QUESTIONS & ANSWERS
Here you can find answers to some important questions you may have before starting a program.
A term used to refer to the clips and pedals that have replaced the earlier system of toe clips and straps. In a clipless pedal system, the pedal has a mechanism that locks it to a cleat screwed into the underside of the shoe.
All riders in every group must be comfortable riding with clipless pedals.
For this reason, our first lesson in the Intro to Riding group is learning this skill. Any rider who misses this lesson will be required to either join a workshop or book a private lesson before continuing on with the group workouts.
There are two main types of pedal and cleat combination you can choose from depending on your riding style and training goals: Shimano SPD & Shimano SPD-SL.
Casual riders, commuters, and mountain bike riders should chose Shimano SPD as the cleat is small and the shoes are more comfortable and easier to walk in.
Serious riders or long distance riders should chose Shimano SPD-SL as you will be able to generate for energy through the pedal.
If you have the money and plan on riding a lot, it is well worth it to upgrade to carbon soles. You will have your shoes for at least 10 years and the carbon soles will make your ride more comfortable.
Shimano SPD vs Shimano SPD-SL "clipless" pedals
- great for commuting, gravel riding, mountain biking, recreational riders
- can clip into both sides
- easier (to learn how) to clip in and out, especially since you can choose a pedal with a wider base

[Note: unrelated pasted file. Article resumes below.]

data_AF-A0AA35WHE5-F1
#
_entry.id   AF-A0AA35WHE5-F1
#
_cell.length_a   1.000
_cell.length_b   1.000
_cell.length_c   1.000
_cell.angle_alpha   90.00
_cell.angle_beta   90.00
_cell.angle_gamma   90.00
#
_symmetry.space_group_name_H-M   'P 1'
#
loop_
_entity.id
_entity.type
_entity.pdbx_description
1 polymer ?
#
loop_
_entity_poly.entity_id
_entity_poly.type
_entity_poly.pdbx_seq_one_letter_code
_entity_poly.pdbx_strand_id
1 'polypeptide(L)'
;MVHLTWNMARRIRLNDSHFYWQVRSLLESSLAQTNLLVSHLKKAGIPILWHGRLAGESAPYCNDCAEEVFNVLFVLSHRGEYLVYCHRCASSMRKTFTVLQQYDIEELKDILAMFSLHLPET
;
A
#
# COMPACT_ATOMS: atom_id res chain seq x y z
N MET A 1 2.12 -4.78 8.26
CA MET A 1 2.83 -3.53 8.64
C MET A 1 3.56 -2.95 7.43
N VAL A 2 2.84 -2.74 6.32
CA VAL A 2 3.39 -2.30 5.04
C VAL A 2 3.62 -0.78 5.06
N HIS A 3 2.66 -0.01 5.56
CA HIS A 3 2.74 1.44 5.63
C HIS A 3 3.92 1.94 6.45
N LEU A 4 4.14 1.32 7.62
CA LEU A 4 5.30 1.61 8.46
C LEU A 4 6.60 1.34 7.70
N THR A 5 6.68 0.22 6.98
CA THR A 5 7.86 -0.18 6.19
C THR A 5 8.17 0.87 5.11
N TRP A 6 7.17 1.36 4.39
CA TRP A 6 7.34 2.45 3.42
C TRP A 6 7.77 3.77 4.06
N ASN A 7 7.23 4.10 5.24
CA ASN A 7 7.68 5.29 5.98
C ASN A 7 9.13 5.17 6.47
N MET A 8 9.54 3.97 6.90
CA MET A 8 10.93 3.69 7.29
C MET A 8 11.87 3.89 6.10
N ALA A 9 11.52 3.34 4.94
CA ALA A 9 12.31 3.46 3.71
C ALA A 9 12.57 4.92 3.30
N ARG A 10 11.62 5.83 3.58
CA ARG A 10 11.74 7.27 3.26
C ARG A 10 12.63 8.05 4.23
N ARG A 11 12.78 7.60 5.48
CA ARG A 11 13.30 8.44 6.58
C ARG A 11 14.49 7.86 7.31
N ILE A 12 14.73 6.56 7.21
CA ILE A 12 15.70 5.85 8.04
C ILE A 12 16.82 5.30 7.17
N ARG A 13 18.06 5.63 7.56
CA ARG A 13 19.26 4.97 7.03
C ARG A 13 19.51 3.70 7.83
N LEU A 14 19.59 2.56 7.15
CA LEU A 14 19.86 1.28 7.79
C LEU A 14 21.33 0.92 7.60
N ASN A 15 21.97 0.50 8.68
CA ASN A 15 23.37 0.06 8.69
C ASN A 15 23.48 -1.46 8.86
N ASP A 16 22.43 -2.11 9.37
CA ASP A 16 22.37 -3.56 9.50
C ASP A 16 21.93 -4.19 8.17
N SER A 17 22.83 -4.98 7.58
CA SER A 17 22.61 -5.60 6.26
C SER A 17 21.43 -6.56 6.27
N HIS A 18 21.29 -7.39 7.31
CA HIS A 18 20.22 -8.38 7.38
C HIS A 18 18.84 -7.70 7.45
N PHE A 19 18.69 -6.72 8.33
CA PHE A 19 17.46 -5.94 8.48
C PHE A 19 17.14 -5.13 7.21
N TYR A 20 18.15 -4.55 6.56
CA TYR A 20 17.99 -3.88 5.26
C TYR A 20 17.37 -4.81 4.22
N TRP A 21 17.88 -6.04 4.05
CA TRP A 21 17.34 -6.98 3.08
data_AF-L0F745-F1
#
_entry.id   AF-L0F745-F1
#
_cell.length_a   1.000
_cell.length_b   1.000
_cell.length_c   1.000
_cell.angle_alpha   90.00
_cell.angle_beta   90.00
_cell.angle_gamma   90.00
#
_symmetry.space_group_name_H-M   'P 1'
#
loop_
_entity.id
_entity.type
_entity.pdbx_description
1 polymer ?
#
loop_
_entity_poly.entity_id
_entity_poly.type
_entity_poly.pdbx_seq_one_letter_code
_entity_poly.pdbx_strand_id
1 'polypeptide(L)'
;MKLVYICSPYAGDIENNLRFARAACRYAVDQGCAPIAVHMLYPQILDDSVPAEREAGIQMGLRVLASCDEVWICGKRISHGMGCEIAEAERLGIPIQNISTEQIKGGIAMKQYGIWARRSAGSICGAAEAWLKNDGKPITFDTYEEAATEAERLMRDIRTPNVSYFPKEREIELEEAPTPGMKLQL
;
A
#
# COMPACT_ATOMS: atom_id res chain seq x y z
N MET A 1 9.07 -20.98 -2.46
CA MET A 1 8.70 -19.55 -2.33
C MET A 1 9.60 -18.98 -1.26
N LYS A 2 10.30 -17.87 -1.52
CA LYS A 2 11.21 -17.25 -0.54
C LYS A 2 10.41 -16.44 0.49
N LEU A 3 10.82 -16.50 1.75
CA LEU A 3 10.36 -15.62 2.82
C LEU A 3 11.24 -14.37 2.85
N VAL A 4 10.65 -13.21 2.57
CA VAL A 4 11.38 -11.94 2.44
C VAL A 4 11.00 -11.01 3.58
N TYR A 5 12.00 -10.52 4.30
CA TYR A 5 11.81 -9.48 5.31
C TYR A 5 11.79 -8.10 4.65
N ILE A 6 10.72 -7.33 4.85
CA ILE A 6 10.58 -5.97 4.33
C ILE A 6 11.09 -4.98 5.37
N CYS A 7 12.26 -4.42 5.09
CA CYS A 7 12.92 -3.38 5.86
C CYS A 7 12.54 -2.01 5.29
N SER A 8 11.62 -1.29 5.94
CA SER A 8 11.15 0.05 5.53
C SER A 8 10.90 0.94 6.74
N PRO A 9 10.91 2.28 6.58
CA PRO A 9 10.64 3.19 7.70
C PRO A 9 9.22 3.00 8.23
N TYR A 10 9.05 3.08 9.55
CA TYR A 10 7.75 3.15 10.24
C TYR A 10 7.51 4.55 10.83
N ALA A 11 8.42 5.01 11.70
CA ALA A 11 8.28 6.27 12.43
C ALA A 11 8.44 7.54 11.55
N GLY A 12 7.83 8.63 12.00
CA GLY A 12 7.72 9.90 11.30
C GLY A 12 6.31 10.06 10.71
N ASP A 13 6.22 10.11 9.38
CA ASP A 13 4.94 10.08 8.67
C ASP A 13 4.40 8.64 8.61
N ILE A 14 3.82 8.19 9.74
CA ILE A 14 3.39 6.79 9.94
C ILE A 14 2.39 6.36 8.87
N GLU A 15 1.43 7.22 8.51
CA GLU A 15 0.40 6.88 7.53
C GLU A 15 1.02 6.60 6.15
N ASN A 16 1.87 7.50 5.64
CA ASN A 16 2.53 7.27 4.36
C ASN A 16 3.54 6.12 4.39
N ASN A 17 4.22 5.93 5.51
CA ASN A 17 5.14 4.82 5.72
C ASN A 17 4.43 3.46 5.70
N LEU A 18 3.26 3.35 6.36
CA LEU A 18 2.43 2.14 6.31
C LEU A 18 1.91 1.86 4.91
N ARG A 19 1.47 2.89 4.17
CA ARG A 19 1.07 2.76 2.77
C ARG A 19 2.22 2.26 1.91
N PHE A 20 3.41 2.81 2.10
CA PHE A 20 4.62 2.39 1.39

- easy to walk in the cleat is either recessed or the shoes have
- less contact with the shoe which reduces performance as less power is transferred to the pedal
- may be less comfortable for longer distances (3+hours)
- both negatives are also highly dependant on your shoe choice as well
- or + 2 bolt cleats made of metal (heavy but durable and works well in muddy conditions)
- most common road bike cleat
- has the most contact with the shoe which transfers more power to the pedal
- SL stands for super light
- difficult to walk in as the cleat is larger and makes first contact with the ground
- single sided so it takes some people a bit longer to learn how to clip in
- + 3 bolt cleats made of plastic (light but less durable and does not work well in mud)
Further information can be found here:
National Coaching Certification Program provides standardized, inclusive, and safe sport education to coaches and coach developers across 65 sports. The organization has 3 coaching streams Community, Competition and Instruction. Kits Energy Coaches are Certified at the Community Level. Kristina, Head Coach, is certified at the Competition Level
Power is measured in the form of watts. The two most common and affordable devices to measure power are with Garmin Pedals or through a power meter set up on your left crank.
Heart rate is a good way to measure exertion but not as accurate as power as it is delayed. Heart rate can be measured through a variety of heart rate monitors offered by Garmin or Wahoo
Rate of Perceived Exertion
Your rate of perceived exertion (RPE) is measured either 1-10 or a more simplified version is 1 – 5 which also coincides with heart rate zones. 1 is the easiest and 5 is the hardest.
zone 1 = easy recovery rides or between intervals
zone 2 = Endurance zone, easy recovery rides or between intervals
zone 3 = Tempo zone, long distance race zone and should be avoided during interval workouts as it does not allow for enough recovery between sets
zone 4 = Lactate Threshold, hard but can sustain for an hour
zone 5 = V02 Max, very hard, can only sustain for 5 mins or less
Zone 6 = all out – less than 30s sprints
In Kits Energy we have very specific group levels not only based on fitness but also on your experience riding in groups and bike handling skills. Riding in a club is not a solo sport and you must know how to ride well within the team before you can move up to a faster group.